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Cybercrime Christmas is Coming

This year looks like being a bumper Christmas for cyber-criminals, who are now gearing up for the shopping season as eagerly as the leading retailers, who make over half their annual revenues in this short period.

Last year saw online Christmas sales rocket with a massive 51% year-on-year jump in online sales in the final week before December 25. But last year also saw a sharp peak in cyber fraud targeting retailers with refund scams, fake vouchers and coupons and carding cons growing sixfold in the month leading up to last Christmas.

Since then, cyber-criminals have had 12 months to hone and perfect their skills as a growing number of shoppers opt to make more of their purchases online. During 2017, in-store shopping fell by 3.7% in the UK while online shopping rose by 3.6%, making the UK an increasingly attractive target for organized criminal gangs, many of which now operate from outside the UK in countries such as Russia, where the authorities refuse to prosecute criminals within Russia with cybercrimes perpetrated outside the country.

This year has already seen growth in techniques aimed at defrauding online retailers and their customers. Retailers and their customers are especially vulnerable to increasingly popular credential stuffing tools which automate the verification process of credentials, allowing hackers to acquire credentials in the millions on the Dark Web and test them against online marketplaces to give them access to online shopping accounts.

Online links to fake special offers often direct unwary consumers to spoof websites of famous brands which are virtually indistinguishable from the genuine ones. Online shoppers conned in this way have had little or no redress and the retailers and brands affected have suffered a corresponding damage to their reputations and brand image.

Online vendors have far less leeway on pricing than traditional high-street retailers. In the online world, the competition is only a click away and retailers have found a consistently downward pressure on pricing to a point where many charge the same price for the same branded goods.

In order to differentiate themselves, some leading retailers are offering additional benefits to online shoppers. These include refund policies favoring the consumer. This can be particularly effective in the fashion industry, where potential online clothes shoppers might otherwise be wary of purchasing clothes without being able to try them on first.

Refund fraud among most significant revenue threats
Today’s cyber-criminals are constantly identifying cyber security gaps in online retailing and CyberInt’s latest research shows that fraudulent refunds rank among the most significant threats to retailers’ revenue loss; refund fraud does not require the cyber-criminal to have any special technical or hacking skills.

Fashion retailers are likely to be the hardest hit by refund fraud during the current seasonal shopping spree. The fashion industry accounts for 72% of fraudulent refunds, making it the most targeted industry for fraudulent refunds. The electronics industry is next, accounting for 14% of fraudulent refunds, followed by consumer goods, which account for 10% and then the cosmetics industry, which accounts for four per cent.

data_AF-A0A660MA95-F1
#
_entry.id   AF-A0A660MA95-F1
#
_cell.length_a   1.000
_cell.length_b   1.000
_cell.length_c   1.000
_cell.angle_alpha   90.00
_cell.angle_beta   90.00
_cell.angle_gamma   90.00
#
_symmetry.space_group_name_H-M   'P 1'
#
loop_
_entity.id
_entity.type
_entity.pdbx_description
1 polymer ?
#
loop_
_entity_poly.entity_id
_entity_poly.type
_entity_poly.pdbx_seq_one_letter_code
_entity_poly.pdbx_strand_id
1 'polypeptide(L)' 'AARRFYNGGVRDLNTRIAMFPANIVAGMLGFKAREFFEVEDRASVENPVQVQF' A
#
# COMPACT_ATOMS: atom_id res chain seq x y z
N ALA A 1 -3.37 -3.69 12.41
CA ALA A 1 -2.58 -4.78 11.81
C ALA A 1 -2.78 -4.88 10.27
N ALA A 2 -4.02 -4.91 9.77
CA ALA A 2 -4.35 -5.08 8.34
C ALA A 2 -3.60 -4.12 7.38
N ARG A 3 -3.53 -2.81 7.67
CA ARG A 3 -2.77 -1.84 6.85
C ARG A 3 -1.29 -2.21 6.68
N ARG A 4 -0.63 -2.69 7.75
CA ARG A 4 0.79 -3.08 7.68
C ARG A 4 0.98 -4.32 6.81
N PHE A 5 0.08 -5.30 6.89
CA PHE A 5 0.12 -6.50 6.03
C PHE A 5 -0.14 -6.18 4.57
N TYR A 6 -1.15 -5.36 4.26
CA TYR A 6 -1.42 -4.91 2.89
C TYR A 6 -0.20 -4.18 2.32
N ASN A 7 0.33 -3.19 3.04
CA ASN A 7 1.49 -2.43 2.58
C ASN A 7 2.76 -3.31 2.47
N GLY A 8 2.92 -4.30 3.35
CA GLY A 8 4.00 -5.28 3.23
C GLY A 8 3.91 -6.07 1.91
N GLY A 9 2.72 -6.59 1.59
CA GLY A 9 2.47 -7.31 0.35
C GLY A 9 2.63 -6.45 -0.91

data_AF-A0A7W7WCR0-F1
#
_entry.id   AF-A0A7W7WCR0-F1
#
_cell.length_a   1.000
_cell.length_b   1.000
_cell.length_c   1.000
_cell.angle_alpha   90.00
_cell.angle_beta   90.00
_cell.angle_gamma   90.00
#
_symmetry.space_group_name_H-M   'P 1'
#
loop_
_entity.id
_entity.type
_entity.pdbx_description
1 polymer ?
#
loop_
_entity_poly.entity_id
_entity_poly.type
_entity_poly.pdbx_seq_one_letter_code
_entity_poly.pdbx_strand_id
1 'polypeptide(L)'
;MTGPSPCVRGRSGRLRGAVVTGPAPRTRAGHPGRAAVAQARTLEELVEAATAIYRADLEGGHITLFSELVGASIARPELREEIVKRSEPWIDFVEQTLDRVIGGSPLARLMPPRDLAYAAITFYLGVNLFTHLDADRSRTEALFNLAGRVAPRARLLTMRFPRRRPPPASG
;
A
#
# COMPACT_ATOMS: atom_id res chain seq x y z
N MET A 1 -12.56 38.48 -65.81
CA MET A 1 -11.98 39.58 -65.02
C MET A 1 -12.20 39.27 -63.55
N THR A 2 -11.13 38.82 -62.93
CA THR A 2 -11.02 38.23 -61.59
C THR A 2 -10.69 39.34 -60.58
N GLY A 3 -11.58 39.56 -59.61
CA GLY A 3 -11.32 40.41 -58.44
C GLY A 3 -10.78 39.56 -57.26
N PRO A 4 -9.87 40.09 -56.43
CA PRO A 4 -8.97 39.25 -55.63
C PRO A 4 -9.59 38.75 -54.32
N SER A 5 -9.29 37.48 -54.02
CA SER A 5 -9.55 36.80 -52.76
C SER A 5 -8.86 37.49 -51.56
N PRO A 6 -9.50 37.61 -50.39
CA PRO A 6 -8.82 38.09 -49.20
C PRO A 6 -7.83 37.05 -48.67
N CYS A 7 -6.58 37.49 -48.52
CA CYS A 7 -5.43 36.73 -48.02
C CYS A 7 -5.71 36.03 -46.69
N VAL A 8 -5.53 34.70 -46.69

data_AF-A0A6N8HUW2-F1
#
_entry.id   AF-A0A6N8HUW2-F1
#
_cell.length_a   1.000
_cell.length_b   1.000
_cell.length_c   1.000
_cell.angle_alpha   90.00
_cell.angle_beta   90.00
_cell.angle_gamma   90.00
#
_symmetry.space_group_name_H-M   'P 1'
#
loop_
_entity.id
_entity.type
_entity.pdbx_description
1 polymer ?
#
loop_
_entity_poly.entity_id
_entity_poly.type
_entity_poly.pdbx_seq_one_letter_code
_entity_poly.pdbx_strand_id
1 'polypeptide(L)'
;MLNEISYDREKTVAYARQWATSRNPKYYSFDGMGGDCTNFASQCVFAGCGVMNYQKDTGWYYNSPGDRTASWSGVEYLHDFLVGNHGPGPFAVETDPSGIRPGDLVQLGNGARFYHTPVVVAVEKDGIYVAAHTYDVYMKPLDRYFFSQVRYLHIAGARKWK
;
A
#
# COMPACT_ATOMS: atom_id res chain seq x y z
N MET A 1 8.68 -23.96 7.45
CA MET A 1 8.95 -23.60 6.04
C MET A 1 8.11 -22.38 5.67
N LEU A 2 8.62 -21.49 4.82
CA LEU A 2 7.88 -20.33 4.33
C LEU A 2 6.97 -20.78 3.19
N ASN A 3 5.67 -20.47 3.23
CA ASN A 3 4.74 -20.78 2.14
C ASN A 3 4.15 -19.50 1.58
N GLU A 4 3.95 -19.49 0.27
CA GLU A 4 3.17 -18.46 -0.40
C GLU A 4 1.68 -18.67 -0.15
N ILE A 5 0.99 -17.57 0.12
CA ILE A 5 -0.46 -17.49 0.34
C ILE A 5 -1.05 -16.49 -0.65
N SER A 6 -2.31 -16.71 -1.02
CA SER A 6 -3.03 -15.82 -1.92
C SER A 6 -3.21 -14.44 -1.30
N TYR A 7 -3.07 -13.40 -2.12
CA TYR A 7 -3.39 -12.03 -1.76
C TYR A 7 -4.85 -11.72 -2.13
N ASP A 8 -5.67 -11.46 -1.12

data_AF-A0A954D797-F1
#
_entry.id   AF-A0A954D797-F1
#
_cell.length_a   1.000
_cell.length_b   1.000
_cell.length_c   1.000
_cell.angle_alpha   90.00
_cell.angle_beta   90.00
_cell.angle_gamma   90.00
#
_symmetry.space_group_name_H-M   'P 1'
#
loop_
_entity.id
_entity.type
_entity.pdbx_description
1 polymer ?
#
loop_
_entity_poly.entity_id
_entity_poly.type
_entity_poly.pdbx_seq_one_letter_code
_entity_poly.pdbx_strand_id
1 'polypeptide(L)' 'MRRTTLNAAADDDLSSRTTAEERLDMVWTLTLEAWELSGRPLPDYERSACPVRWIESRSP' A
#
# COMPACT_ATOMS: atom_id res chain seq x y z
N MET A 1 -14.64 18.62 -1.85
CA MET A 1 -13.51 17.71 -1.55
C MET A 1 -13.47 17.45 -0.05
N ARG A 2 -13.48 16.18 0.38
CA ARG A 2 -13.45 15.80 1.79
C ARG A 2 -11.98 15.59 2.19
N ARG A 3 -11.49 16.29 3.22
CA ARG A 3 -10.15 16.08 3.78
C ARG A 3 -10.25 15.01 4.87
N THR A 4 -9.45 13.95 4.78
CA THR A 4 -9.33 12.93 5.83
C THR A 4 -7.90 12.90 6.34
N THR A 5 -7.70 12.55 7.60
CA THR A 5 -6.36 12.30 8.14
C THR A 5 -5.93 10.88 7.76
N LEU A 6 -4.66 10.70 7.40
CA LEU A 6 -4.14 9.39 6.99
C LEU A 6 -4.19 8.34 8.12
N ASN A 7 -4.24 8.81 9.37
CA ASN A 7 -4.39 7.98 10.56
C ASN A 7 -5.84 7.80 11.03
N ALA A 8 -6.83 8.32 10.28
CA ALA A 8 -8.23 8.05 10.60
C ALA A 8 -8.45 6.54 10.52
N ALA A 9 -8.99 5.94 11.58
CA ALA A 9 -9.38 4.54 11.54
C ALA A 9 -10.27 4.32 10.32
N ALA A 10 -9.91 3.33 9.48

Fraud refund scams are becoming increasingly organized. The process is generally one whereby the cyber-criminal publishes a post aimed at attracting dishonest consumers interested in making a fast buck. Once the corrupted consumer has agreed to co-operate, organized cyber-criminals approach a targeted online retailer to request a refund. The online retailer or brand, anxious to provide a customer-centric service, approves the refund. The fraudulent refund is then split between the customer and cyber-criminal. In the online market, it is no longer compulsory to see those products returned for refunds, making it even harder to prevent this type of fraud.

The reason the fashion and clothing industry is being so heavily targeted by online fraudsters is because it has a traditionally high level of returns. Following Christmas 2014, 46% of online shoppers returned their clothing purchases. However, although the electronics industry accounts for only 14% of fraudulent refunds, the refunds offered by cyber criminals to online consumers are highest in the electronics industry because of the relatively high cost of its products. 

The fact that organized cyber-criminals frequently operate from outside the countries where the refund scams are taking place makes it extremely hard for retailers to prosecute them. CyberInt’s research has uncovered that 48% of fraudulent retail scams emanate from the US, and 32% from Europe, mainly Russia.

Retailers and brands anticipating a bumper shopping season must be increasingly vigilant this year if they are to avoid seeing their profits whittled down by scams such as fraudulent refunds and their customers’ accounts hacked via increasingly popular credential stuffing techniques.

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